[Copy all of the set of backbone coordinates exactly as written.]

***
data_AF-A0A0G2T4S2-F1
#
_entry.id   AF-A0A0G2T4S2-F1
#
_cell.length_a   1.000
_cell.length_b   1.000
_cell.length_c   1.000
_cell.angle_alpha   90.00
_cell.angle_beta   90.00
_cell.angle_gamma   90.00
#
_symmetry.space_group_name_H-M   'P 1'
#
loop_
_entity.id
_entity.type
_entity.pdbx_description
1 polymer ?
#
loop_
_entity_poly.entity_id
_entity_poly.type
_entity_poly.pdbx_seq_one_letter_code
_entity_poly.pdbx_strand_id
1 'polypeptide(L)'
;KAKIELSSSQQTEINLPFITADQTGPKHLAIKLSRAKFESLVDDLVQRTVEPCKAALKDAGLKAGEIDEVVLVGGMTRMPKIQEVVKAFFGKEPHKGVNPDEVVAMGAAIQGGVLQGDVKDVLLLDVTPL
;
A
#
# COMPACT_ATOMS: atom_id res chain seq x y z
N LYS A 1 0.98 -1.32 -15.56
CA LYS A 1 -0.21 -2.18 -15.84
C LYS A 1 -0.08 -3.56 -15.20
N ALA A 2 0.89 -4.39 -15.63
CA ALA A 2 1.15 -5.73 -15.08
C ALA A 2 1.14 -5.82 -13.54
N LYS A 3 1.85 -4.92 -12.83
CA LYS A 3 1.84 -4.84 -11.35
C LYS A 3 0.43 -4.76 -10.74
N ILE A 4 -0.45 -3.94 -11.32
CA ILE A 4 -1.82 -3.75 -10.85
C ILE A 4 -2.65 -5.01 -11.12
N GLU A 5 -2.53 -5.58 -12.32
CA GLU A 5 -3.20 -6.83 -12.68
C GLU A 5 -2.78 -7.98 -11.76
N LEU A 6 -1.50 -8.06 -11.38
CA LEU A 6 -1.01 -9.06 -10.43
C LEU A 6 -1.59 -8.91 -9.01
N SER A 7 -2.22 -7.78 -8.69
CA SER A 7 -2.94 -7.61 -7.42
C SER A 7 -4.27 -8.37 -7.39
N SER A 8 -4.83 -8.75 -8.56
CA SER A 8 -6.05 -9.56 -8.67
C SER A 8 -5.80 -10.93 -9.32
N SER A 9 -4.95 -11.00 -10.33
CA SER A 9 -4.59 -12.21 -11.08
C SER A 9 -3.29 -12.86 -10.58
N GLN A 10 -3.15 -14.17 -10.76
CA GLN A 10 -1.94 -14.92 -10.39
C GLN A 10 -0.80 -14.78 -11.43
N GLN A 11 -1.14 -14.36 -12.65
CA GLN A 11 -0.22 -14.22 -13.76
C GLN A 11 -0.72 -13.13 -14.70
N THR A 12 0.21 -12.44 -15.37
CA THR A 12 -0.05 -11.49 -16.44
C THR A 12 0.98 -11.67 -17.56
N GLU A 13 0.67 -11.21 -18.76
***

data_AF-A0A0G2T4S2-F1
#
_entry.id   AF-A0A0G2T4S2-F1
#
_cell.length_a   1.000
_cell.length_b   1.000
_cell.length_c   1.000
_cell.angle_alpha   90.00
_cell.angle_beta   90.00
_cell.angle_gamma   90.00
#
_symmetry.space_group_name_H-M   'P 1'
#
loop_
_entity.id
_entity.type
_entity.pdbx_description
1 polymer ?
#
loop_
_entity_poly.entity_id
_entity_poly.type
_entity_poly.pdbx_seq_one_letter_code
_entity_poly.pdbx_strand_id
1 'polypeptide(L)'
;KAKIELSSSQQTEINLPFITADQTGPKHLAIKLSRAKFESLVDDLVQRTVEPCKAALKDAGLKAGEIDEVVLVGGMTRMPKIQEVVKAFFGKEPHKGVNPDEVVAMGAAIQGGVLQGDVKDVLLLDVTPL
;
A
#
# COMPACT_ATOMS: atom_id res chain seq x y z
N LYS A 1 0.98 -1.32 -15.56
CA LYS A 1 -0.21 -2.18 -15.84
C LYS A 1 -0.08 -3.56 -15.20
N ALA A 2 0.89 -4.39 -15.63
CA ALA A 2 1.15 -5.73 -15.08
C ALA A 2 1.14 -5.82 -13.54
N LYS A 3 1.85 -4.92 -12.83
CA LYS A 3 1.84 -4.84 -11.35
C LYS A 3 0.43 -4.76 -10.74
N ILE A 4 -0.45 -3.94 -11.32
CA ILE A 4 -1.82 -3.75 -10.85
C ILE A 4 -2.65 -5.01 -11.12
N GLU A 5 -2.53 -5.58 -12.32
CA GLU A 5 -3.20 -6.83 -12.68
C GLU A 5 -2.78 -7.98 -11.76
N LEU A 6 -1.50 -8.06 -11.38
CA LEU A 6 -1.01 -9.06 -10.43
C LEU A 6 -1.59 -8.91 -9.01
N SER A 7 -2.22 -7.78 -8.69
CA SER A 7 -2.94 -7.61 -7.42
C SER A 7 -4.27 -8.37 -7.39
N SER A 8 -4.83 -8.75 -8.56
CA SER A 8 -6.05 -9.56 -8.67
C SER A 8 -5.80 -10.93 -9.32
N SER A 9 -4.95 -11.00 -10.33
CA SER A 9 -4.59 -12.21 -11.08
C SER A 9 -3.29 -12.86 -10.58
N GLN A 10 -3.15 -14.17 -10.76
CA GLN A 10 -1.94 -14.92 -10.39
C GLN A 10 -0.80 -14.78 -11.43
N GLN A 11 -1.14 -14.36 -12.65
CA GLN A 11 -0.22 -14.22 -13.76
C GLN A 11 -0.72 -13.13 -14.70
N THR A 12 0.21 -12.44 -15.37
CA THR A 12 -0.05 -11.49 -16.44
C THR A 12 0.98 -11.67 -17.56
N GLU A 13 0.67 -11.21 -18.76